“The previous verse (SB 3.25.6) said that the ātmā, who is beyond prakṛti, considers the activities performed by the guṇas of nature as his own. This makes it clear that the conscious living entity is himself not the doer but merely imagines the deeds done by the conscious guṇas to be his own. Indeed this is proper, because here, as well as in other places in the scriptures, ātmā is spoken of as non-doer and only the guṇas are described as the agents of all activities.

“For example, in the Katha Upanishad, after stating that ātmā is devoid of all material qualities, such as birth and death, the agency behind activities such as killing is also negated. ‘If the killer thinks that he kills; If the victim thinks that he is killed, neither of them understand. The ātmā neither kills nor gets killed.’ (KU 2.19)  The purport of this mantra is that such a person does not understand ātmā. This is echoed in Bhagavad Gītā by the Lord Himself who describes the ātmā as devoid of doership, and says that thinking of oneself as a doer is a prideful delusion.

prakṛteḥ kriyamāṇāniguṇaiḥ karmāṇi sarvaśaḥ.
ṅkāra-vimūḍhātmākartāham iti manyate.

All actions are performed by the senses made of prakṛti. One whose mind is deluded through egoism thinks, “I am the doer.”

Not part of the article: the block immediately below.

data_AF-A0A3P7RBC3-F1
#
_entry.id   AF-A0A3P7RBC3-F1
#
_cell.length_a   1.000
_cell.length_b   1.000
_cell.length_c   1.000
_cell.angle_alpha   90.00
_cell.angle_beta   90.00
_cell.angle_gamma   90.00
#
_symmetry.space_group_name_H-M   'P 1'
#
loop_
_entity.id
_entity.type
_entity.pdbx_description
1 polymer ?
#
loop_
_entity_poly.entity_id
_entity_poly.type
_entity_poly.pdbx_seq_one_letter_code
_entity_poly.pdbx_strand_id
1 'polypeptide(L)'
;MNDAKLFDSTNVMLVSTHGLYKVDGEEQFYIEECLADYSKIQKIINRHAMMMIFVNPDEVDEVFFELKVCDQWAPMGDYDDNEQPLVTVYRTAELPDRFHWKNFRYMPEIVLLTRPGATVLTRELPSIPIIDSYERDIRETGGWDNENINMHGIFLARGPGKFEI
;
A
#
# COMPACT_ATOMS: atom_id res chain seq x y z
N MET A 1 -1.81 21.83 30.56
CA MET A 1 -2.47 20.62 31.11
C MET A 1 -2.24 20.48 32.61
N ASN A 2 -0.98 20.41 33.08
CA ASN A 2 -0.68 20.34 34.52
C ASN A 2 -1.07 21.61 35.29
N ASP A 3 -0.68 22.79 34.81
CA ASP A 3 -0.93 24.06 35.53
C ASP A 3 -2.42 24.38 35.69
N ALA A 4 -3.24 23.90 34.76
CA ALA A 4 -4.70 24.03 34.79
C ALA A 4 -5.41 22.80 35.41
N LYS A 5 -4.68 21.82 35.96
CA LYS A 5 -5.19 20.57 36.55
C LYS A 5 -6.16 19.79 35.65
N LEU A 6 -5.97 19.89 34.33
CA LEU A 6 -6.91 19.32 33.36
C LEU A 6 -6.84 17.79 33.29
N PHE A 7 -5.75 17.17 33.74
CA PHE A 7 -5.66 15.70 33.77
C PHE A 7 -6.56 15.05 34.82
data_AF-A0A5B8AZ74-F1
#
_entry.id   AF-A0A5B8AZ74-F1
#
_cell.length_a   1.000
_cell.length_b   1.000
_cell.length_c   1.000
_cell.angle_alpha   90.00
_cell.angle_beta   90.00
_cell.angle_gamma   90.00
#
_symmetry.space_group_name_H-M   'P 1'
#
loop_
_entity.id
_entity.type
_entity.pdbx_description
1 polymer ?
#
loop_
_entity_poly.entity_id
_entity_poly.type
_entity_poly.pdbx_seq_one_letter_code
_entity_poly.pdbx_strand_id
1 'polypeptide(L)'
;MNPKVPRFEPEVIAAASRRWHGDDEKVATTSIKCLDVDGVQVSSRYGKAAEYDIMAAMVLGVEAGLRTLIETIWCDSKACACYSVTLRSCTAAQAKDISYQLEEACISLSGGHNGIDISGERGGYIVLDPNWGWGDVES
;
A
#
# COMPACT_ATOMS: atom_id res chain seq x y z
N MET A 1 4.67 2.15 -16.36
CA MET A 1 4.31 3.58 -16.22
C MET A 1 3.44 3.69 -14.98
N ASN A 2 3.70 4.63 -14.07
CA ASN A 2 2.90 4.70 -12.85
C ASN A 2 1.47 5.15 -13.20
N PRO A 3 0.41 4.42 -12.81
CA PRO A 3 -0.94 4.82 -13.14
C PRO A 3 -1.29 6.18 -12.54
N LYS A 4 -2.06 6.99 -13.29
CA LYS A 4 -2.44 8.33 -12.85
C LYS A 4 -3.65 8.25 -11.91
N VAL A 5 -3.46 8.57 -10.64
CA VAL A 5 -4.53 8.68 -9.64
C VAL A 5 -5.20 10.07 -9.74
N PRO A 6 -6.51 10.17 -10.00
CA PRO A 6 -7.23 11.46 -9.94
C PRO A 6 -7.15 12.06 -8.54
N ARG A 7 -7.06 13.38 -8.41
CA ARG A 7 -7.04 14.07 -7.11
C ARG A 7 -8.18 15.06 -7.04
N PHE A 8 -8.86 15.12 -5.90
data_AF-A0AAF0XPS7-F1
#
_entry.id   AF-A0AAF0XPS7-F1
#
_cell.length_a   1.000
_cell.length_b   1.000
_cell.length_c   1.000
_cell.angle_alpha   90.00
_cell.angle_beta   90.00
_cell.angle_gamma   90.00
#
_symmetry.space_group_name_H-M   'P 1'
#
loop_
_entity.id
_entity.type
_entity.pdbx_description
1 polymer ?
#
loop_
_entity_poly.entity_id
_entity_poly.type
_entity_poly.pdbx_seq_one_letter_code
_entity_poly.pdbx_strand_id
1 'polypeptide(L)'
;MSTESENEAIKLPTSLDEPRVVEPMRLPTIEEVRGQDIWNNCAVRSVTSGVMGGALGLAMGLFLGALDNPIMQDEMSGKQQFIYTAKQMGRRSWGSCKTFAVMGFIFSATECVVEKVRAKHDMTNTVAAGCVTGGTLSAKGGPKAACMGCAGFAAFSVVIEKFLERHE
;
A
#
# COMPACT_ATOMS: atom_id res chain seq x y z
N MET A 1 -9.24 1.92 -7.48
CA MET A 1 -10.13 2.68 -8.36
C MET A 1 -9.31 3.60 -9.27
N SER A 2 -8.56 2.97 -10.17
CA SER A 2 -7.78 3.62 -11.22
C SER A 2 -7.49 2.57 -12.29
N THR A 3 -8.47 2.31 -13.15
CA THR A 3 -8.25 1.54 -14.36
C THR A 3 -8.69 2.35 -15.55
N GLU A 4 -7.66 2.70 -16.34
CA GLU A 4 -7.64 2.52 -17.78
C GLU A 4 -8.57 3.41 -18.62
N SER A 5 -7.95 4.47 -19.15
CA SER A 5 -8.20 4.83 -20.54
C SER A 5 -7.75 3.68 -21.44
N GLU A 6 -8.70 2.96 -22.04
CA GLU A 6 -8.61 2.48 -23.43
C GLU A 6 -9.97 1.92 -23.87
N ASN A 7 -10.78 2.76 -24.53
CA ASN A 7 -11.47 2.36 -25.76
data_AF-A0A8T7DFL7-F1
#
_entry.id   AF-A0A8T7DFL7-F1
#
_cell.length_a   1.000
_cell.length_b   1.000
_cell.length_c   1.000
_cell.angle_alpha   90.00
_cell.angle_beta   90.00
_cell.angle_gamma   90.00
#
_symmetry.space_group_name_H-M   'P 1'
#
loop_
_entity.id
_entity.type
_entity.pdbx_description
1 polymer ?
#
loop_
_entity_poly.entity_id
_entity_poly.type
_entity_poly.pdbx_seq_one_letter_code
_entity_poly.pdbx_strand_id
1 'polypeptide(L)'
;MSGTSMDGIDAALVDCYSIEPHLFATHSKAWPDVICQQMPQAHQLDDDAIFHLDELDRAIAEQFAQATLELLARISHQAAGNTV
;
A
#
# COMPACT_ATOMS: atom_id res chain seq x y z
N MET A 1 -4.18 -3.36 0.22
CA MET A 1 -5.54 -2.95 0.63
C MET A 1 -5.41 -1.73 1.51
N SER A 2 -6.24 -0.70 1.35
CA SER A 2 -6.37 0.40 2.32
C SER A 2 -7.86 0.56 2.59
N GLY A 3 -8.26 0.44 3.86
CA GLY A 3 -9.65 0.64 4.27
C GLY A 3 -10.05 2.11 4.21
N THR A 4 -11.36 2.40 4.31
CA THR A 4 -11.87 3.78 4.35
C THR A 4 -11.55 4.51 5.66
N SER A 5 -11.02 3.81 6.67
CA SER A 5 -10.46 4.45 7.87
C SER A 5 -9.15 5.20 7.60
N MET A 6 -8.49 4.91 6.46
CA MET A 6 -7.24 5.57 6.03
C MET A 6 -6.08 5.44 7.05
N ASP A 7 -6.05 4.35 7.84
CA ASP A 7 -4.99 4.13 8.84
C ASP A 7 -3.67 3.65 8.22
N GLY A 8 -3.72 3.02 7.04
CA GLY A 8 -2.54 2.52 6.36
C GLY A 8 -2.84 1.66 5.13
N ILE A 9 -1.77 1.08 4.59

nānyaṁ guṇebhyaḥ kartāraṁyadā draṣṭānupaśyati.
ś ca paraṁ vettimad-bhāvaṁ so ‘dhigacchati.

When a person of discrimination sees no other agent than the guṇas of material nature and knows himself beyond the guṇas, then he attains My nature.”


prakṛtiṁ puruṣaṁ caivaviddhy anādī ubhāv api.
ārāṁś ca guṇāṁś caivaviddhi prakṛti-sambhavān.

Know that both prakṛti and puruṣa are beginningless. And know that all modifications as well as the objects consisting of material guṇas are born of material nature.

“Therefore, we say that puruṣa (ātmā) only has enjoyership. Doership belongs to prakṛti.”

We reply:

The conclusion drawn from the above references cannot be valid, because it blatantly contradicts the section on “agency of ātmā” (Kartā Adikarana) of Vedanta Sūtra. The Sūtras of this section clearly establish ātmā, not the guṇas of prakṛti, as the agent of actions. Sūtra 2.4.33 is especially profound. It says, “The self is the doer, otherwise the scripture have no meaning or purpose.”